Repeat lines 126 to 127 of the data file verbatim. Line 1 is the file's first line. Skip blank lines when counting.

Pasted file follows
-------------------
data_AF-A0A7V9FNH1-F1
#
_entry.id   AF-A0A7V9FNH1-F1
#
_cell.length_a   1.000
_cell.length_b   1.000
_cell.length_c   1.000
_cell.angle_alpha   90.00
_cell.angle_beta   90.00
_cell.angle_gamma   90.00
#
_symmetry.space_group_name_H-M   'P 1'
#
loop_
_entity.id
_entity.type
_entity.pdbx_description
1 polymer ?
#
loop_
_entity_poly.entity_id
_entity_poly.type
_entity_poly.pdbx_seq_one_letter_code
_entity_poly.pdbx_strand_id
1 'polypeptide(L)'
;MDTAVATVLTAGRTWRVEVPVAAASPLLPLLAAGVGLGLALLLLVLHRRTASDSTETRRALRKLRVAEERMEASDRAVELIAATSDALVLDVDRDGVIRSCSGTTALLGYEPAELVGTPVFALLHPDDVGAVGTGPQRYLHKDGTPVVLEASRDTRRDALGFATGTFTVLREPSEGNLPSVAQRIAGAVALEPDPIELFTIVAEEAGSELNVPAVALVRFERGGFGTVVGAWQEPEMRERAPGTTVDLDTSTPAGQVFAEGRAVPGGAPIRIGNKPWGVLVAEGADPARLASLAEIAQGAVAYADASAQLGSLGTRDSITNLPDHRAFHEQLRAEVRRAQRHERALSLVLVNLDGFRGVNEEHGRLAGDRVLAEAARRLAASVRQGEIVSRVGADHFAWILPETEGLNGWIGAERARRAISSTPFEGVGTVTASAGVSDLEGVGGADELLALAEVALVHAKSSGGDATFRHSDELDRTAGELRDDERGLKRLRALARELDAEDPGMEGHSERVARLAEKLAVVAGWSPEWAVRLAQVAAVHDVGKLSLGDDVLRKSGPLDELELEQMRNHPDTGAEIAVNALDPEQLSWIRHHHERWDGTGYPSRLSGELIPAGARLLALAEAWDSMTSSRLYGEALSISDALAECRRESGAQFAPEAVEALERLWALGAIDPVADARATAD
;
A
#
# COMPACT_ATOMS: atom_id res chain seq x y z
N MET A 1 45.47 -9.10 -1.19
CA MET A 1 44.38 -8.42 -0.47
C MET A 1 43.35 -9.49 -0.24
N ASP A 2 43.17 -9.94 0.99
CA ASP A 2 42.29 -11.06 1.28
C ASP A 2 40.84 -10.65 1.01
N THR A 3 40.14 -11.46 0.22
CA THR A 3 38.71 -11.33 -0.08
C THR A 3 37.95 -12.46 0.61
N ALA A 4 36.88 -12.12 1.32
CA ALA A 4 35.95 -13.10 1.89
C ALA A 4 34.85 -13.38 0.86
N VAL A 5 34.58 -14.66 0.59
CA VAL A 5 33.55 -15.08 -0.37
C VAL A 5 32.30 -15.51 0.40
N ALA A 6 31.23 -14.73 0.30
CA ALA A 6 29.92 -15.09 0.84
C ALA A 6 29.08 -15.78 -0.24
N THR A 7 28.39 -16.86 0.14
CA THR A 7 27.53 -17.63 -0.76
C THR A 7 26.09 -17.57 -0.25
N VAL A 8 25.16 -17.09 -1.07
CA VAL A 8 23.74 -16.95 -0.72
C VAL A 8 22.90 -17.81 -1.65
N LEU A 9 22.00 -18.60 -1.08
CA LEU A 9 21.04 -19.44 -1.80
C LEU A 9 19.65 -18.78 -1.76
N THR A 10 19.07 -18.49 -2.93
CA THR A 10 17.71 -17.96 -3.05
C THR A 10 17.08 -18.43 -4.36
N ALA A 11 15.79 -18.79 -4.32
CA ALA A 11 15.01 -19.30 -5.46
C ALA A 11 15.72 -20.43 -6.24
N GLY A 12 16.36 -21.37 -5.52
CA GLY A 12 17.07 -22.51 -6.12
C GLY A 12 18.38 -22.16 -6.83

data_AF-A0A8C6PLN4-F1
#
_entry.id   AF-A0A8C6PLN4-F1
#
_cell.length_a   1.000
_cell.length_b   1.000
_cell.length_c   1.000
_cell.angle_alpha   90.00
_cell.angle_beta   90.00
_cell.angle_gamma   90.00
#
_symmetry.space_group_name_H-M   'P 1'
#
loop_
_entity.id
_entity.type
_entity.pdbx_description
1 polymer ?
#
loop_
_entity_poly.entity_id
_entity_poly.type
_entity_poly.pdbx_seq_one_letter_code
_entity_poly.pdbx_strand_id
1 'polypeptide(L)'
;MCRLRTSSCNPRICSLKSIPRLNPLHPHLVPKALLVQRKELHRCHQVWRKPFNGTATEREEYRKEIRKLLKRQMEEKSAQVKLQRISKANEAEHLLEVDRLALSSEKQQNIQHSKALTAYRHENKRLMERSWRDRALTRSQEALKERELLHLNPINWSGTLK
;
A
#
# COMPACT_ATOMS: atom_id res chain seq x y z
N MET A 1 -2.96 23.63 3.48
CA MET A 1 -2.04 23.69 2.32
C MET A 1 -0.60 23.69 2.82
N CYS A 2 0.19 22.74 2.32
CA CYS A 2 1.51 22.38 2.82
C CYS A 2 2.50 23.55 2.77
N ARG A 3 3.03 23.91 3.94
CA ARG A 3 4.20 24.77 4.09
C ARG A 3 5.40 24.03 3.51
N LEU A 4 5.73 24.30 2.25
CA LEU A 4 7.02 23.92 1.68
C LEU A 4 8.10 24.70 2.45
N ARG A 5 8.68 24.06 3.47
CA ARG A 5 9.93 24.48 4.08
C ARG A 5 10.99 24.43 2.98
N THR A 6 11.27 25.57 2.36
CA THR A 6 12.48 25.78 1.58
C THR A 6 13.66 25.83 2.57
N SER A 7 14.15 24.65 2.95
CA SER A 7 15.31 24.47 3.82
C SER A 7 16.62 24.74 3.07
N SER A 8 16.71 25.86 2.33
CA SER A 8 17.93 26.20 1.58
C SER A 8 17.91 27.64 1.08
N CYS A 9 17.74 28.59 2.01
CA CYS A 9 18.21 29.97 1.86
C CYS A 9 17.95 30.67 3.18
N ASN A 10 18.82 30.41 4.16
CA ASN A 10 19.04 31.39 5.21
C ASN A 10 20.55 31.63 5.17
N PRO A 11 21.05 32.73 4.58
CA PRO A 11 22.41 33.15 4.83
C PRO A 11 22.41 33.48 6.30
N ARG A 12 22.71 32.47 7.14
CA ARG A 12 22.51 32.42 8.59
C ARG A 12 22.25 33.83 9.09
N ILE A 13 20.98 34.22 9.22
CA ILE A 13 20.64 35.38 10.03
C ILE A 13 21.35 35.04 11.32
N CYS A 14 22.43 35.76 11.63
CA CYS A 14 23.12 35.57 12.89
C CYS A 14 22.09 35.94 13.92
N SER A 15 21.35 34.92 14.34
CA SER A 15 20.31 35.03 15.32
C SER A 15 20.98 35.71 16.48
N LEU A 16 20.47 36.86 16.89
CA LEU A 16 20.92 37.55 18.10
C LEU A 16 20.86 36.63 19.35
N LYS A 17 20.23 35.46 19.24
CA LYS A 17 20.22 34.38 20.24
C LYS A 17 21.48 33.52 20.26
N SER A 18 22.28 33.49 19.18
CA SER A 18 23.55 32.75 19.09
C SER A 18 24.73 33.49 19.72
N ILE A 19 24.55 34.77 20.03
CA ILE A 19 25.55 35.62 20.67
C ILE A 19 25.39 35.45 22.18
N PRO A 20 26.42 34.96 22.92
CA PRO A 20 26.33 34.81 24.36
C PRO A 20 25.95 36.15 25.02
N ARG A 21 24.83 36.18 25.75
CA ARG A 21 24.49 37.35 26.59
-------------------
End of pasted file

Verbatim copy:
C ASN A 10 20.55 31.63 5.17
N PRO A 11 21.05 32.73 4.58